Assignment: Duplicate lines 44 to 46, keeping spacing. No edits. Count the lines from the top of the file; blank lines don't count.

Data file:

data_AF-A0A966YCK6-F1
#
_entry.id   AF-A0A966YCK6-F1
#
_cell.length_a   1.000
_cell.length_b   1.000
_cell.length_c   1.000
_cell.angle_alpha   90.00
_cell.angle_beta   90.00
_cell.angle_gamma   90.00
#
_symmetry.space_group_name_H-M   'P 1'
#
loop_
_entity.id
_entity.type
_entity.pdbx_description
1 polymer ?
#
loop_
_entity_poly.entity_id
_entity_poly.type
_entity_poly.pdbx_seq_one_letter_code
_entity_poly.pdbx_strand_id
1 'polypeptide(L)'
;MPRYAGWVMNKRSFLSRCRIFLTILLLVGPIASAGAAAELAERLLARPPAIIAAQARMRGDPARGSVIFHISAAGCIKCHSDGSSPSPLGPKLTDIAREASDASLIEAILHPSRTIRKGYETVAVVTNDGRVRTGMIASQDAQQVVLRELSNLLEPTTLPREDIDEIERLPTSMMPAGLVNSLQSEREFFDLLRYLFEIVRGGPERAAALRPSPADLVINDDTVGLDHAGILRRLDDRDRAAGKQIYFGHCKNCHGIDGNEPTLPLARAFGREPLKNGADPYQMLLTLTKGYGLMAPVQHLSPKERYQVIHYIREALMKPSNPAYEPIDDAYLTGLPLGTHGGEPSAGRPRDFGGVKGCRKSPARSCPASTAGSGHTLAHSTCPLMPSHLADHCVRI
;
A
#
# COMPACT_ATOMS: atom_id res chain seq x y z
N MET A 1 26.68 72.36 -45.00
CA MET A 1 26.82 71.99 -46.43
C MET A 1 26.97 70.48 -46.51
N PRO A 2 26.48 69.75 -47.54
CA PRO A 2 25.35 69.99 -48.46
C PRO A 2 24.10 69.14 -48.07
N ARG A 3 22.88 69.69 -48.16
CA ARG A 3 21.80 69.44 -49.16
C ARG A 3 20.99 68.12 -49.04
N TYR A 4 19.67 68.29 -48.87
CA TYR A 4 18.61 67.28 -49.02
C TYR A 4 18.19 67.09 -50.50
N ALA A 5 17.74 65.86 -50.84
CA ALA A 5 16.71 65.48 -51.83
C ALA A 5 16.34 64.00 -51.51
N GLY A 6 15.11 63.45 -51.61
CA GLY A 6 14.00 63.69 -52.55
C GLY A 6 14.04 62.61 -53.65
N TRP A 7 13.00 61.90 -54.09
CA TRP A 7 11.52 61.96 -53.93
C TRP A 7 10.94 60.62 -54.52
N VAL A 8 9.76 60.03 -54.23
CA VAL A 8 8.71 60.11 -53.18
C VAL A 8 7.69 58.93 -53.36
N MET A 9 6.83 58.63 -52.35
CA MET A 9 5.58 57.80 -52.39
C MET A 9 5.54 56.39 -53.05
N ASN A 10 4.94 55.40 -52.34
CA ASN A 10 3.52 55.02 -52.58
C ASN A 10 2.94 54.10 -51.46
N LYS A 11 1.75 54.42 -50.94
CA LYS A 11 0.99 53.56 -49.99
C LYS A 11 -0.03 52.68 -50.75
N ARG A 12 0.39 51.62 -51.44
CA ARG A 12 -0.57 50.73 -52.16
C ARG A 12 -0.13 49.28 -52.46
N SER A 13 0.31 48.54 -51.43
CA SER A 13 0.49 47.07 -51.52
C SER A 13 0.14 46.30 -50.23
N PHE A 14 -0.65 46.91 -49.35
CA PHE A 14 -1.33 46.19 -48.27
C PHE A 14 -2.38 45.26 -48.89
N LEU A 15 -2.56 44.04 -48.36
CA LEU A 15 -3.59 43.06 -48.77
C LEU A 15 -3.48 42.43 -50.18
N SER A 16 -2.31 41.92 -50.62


CA ALA A 5 16.71 65.48 -51.83
C ALA A 5 16.34 64.00 -51.51
N GLY A 6 15.11 63.45 -51.61